Dating Online and Loving It

More than 41 percent of Americans know someone who's tried dating through websites and apps

Valentine’s Day has come and gone. Men scrambled to show their lady loves how much they care. And some bachelors might have gone out on the town in search of a potential significant other.

But a new study from the Pew Research Center revealed that more people are using dating websites and apps to meet their sweethearts. More than 15 percent of American adults say they have used a dating app or website. Sure, that’s only 15 percent — but in the millennial age group (those ages 18 to 24), the number of people using the Internet to find love has tripled in the past three years.

Perhaps more interesting, adults ages 55 to 64 are also now using online dating sites and apps. That number, actually, has doubled.

More than 41 percent of Americans know someone who has used online dating apps or websites, and an astounding 29 percent, or nearly one in every three people, know someone who has met their spouse or long-term partner through these methods.

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In the age of Tinder, Hinge, Bumble and a slew of others, the taboo of online dating seems to be all but gone. But the question must be asked for millennials using these apps: What type of relationships are you looking for?

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In a world in which the divorce rate has skyrocketed in the past two generations and millennials are more likely than not to be children of divorce, the inclination to settle down young is just not a reality anymore.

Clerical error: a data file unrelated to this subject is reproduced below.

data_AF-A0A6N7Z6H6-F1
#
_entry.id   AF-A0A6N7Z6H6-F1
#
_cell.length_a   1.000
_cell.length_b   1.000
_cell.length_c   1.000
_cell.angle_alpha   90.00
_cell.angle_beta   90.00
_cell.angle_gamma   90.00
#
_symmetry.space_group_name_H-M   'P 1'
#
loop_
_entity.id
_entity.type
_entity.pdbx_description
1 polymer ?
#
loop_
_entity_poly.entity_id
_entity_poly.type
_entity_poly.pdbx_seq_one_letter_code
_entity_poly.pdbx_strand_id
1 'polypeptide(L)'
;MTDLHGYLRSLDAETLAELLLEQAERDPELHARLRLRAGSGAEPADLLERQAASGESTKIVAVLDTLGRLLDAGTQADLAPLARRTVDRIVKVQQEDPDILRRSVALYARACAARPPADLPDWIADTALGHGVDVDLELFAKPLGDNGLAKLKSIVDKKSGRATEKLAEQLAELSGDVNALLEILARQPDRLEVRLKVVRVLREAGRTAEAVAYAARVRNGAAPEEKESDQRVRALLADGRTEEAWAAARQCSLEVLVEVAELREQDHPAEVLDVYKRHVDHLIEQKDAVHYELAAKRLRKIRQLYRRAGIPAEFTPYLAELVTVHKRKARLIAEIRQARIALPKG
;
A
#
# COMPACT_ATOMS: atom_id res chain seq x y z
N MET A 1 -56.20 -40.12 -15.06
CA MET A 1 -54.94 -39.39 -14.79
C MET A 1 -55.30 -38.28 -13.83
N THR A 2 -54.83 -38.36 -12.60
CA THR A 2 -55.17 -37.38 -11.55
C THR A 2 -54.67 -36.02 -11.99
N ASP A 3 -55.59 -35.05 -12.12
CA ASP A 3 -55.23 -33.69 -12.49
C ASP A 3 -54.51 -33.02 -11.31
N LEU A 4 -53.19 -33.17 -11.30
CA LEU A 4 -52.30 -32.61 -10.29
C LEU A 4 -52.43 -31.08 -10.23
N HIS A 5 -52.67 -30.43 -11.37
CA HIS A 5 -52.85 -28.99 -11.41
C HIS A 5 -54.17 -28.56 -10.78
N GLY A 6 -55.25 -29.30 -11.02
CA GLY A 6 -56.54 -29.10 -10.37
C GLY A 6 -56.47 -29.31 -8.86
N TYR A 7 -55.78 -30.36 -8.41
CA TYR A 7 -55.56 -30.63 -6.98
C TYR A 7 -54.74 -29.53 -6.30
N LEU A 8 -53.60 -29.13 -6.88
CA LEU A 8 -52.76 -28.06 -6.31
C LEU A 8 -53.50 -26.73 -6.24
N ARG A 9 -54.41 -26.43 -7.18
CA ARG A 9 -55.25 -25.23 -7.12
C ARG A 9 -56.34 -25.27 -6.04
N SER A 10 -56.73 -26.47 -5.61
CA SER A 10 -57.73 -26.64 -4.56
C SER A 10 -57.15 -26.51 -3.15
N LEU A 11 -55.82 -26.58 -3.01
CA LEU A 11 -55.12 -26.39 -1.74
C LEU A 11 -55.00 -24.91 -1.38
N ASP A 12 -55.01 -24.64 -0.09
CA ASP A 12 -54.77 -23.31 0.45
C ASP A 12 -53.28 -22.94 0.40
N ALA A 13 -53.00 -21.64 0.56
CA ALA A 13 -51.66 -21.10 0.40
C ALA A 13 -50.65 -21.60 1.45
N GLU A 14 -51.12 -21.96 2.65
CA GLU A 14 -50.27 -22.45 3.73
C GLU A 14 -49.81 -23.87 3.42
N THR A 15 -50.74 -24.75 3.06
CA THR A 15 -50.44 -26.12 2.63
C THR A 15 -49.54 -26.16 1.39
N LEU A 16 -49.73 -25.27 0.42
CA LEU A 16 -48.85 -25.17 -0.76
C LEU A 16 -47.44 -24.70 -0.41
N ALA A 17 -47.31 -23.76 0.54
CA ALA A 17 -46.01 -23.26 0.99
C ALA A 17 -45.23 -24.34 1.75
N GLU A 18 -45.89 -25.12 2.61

There is a very clear stereotype about these apps: that people on them are looking for just one thing. For young people today, “the hook-up culture”  is a reality. So much so that the Love and Fidelity Network has started a campaign at colleges throughout the country called #BringDatingBack.

Yes, it has gotten so bad that college students now need to be “told” to date. Posters around campus remind students of the benefits of meaningful relationships.



The Pew study says more people are using dating apps — not that more people are meeting online or forming real relationships.

And in the same study, 31 percent of those surveyed agreed “that online dating keeps people from settling down, because they always have options for people to date.”

Our culture needs to take a good hard look at what we’re selling to our young people. The hook-up culture is detrimental to both men and women and is not setting them up for success in a marriage.

Fidelity is becoming an old-fashioned value, and that sad fact is hurting our culture in the long run.

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